Chapters 2, 3, and 4
Chapters 2, 3, and 4 FAD 2230
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This 6 page Class Notes was uploaded by Harrison Harward on Tuesday January 26, 2016. The Class Notes belongs to FAD 2230 at Florida State University taught by Sung Cho in Spring 2016. Since its upload, it has received 29 views. For similar materials see Family Relationships in Child and Family Studies at Florida State University.
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Date Created: 01/26/16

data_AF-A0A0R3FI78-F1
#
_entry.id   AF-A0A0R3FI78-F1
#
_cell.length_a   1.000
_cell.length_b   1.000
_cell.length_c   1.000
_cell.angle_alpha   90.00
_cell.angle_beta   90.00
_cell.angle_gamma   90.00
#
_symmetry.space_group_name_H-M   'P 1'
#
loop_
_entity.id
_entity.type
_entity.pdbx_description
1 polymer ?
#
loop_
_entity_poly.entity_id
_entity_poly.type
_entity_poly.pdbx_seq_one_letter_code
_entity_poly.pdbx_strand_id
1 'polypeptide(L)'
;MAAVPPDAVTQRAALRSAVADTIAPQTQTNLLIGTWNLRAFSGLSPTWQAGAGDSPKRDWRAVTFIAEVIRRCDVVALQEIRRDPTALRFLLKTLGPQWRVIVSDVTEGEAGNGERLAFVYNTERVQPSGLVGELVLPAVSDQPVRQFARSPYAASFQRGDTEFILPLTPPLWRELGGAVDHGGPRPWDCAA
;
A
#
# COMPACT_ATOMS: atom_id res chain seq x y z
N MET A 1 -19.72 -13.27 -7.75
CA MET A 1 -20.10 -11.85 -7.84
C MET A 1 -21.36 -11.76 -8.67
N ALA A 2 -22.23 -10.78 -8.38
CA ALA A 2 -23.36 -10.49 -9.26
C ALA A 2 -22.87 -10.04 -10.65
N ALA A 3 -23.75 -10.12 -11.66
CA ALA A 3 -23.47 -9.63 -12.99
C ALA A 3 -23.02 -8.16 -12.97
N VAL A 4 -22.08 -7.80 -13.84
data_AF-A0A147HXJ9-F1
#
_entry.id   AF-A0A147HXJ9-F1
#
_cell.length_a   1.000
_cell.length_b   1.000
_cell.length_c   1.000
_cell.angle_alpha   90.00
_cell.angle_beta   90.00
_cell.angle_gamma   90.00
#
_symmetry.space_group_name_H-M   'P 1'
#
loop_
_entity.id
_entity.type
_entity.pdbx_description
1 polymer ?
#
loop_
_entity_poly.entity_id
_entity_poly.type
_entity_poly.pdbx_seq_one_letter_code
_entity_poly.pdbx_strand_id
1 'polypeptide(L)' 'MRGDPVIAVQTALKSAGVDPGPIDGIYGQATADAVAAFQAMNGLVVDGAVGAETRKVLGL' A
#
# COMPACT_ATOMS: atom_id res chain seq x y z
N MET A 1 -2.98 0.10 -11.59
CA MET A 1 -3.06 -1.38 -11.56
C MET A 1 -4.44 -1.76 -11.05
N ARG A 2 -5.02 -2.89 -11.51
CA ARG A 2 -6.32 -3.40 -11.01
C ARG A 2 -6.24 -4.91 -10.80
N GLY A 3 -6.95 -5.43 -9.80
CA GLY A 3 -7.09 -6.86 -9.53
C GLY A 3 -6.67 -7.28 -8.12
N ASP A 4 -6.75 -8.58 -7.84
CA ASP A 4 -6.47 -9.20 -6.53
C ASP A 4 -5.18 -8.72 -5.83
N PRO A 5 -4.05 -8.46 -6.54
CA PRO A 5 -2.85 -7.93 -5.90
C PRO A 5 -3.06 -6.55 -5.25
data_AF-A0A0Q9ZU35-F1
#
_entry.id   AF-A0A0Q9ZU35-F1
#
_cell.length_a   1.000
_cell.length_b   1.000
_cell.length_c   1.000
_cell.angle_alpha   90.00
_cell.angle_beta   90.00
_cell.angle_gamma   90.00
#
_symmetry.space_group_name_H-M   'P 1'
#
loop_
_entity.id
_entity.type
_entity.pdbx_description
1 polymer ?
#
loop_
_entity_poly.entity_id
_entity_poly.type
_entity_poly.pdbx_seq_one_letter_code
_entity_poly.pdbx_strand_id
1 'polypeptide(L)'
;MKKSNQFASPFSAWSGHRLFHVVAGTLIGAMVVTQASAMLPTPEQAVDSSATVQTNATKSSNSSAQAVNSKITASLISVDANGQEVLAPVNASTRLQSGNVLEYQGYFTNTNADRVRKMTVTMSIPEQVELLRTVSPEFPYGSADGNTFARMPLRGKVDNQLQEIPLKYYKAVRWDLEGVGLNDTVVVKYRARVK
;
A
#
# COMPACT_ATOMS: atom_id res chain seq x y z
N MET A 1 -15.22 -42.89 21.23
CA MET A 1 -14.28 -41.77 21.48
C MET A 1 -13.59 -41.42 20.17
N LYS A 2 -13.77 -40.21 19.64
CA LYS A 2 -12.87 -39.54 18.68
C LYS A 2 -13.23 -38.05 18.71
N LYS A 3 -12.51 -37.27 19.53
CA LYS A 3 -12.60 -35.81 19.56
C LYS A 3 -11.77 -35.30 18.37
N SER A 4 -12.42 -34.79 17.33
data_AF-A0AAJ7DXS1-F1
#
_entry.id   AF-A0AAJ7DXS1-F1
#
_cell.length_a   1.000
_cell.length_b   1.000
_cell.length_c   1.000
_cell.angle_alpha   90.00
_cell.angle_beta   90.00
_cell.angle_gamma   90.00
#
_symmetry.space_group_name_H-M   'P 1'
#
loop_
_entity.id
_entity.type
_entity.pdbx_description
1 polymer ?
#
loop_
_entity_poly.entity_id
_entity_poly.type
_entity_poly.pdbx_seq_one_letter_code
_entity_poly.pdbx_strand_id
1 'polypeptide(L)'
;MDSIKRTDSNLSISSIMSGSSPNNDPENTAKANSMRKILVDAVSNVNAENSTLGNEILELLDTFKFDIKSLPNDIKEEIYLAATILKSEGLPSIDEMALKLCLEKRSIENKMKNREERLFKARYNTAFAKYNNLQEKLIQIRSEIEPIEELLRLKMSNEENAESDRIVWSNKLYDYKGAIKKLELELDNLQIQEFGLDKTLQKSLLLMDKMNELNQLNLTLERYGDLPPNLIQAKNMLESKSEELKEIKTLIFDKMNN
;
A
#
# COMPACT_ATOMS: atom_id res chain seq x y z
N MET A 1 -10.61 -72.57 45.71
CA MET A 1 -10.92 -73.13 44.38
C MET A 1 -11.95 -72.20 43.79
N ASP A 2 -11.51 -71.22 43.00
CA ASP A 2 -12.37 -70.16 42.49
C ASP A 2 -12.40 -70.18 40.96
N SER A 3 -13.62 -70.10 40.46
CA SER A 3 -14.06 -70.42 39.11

FAD 11/26/16 Chapter 2 Social Class How does social class affect our family and close relationships? o Health , overall life expectancy “In 2012, babies in the city’s poorest section were more than 10 times as likely to die in their first year of life as babies in the city’s wealthiest section” o Gender expectation More egalitarian roles among vs. more polarized gender rolls among o Values our parents socialize in us Working class vs middle upper class o Higher education (college) o Dating/Premarital sexual expectations and behavior Teen/non marital pregnancy among poorer households o Likelihood of marriage and age at first marriage o Types of stress and coping mechanisms Poverty Poverty Guidelines Is this realistic? Path ways from poverty to adverse child outcomes Health and nutrition Fewer resources for learning Quality of the home Housing problems environment Poor quality of neighborhood Parental stress and mental health These things can lead to malnutrition, violence, crime, drug use, etc Social mobility and the lack of it Social mobility – movement from one social class to another Intergenerational transmission of poverty Poverty Why does poverty persist? Do your reasons tend to focus more on micro or macro explanations? What kinds of programs do you think are really needed to end poverty? What are you doing today to ensure that you are not poor in the future? Do you feel that you can avoid poverty? Chapter 3 Social Exchange Theory Social exchange theory Based upon the philosophical perspective of utilitarianism o Individuals rationally weight the rewards and costs of their behavioral choices In exchange theory, humans are motivated out of self-interest. o Motivation is what induces a person to act The existence/endurance of social groups is explained by the self-interest of individual members. Theory assumptions Level of analysis is individual. (The individual is real) Prediction and understanding come about by understanding the individual’s motivation. o Based upon individuals rational choices not outside forces Individuals are motivated by self interest o Ex: friends, no good deed is done without self-serving agenda Individuals are rational o Being rational = can calculate costs and rewards Social life requires reciprocity The more of something one has, the less additional units of it are worth All behavior involves cost. Therefore, it anticipates achieving rewards or reducing other costs o Quid pro quo Individuals are capable of long-term continuing investments with no immediate returns if the expectations of achieving more favorable outcomes eventually materialize Reward: o anything perceived a benefit to an individual’s interests o Satisfaction or gratification is received from participating in an interaction Cost: o anything perceived as non-beneficial to an individual’s interests, or o Anything missed or forgone rewards or opportunities that are associated with a specific choice o Creates a lack of satisfaction in a relationship Profit: o A ratio of rewards to costs for any decisions Not all costs and rewards are weighted the same PROFIT – Rewards outweigh the costs (Profits = Rewards > costs) LOSS – Costs outweigh the rewards (Loss = rewards < costs) The equation: REWARDS = COSTS – OUTCOME Comparison levels In complex situations, the _ of profit available can be divided into two comparison levels o Comparison level (CL) of what others in your position have and how well you are doing relative to them. o Comparison Level (CL+) how well you are doing relative to others outside of your position but in positions that supply and alternative or choice. Key Concepts Reciprocity: o A mutual giving and receiving involving the equalization of exchanges between 2 individuals. What is exchanged does not have to be returned in kind…either in present or future Exchange and Equity: o Social interdependencies; maximizing profit entails exchanges with others. o A rational person is willing to incur some losses to maintain profitable relationship (e.g. marriage, children) o Equity – the perceived sense of fairness and justice of the exchange. (E.g. mothers) Human Capital – knowledge, skills, and techniques acquired by an individual that give them the opportunity to make choices Social Capital – the network of relationships around you Principles Principle of least interest o The individual with the least interest in the relationship/exchange has the most power Principles of resources and power o The individuals with the most resources in the relationship/exchange has the most power Economics – the language of love When you say “I love you,” you are speaking in economic terms When we are in love, we are continuously making cost/reward analyses, with help us to decide whether or not to maintain the relationship Chapter 4 Symbolic Interactionism Symbolic interaction Theory is focused on the meaning people make of events and situations The theory assumes that we cannot understand an individual’s behaviors unless we know the meaning the situation and the stimulus had for the individual The primary focus is on the acquisition and generation of meaning o Signs, symbols, words, language o Humans are motivated to create meanings to help them make sense of their world Theory assumptions Human behavior must be understood by the meaning of the individuals o The explanation of human behavior is impossible without knowing the meaning such behavior holds for the actor Individuals define the meaning of context and situation o What human defines as real has real consequences o How we define the situation in which we find ourselves explains that problems we define and what actions and solutions we undertake Individuals have “minds” that perceive, reason, sense, and imagine o Acquires, integrates, and processes information o Is capable of reflecting on its own processes so that the individual can develop a self as both actor(I) and object(me): Mead Society precedes the individual o Individuals minds are results of the society and not vice versa Theory concepts The self is made up of the “I” (how I see myself) and “me” (how others might see me). o We commonly call this our identity Socialization is the process by which we acquire the symbols, beliefs, and attitudes of our culture o Mead believed this took place in two stages: Play: the child plays at being something, police, mother, etc Game: incorporating one’s self into an organized activity through the generalized other (the group/society). Role o The place of an individual, that he/she take within a situation, group, or in society o To participate in a role means it is expected that one must follow the rules of that role o Roles should be clear Identity o Formed upon the multiple roles an individual plays o Society provides the social roles and meanings of those roles, and the individual organizes them into a hierarchy in each situation Theory Propositions The quality of an individual’s role enactment in a relationship positively affects individual’s satisfaction with the relationship The greater the perceived clarity of role expectations, the higher the quality of role enactment The more individuals perceive consensus in the expectations about a role they occupy, the less their role strain.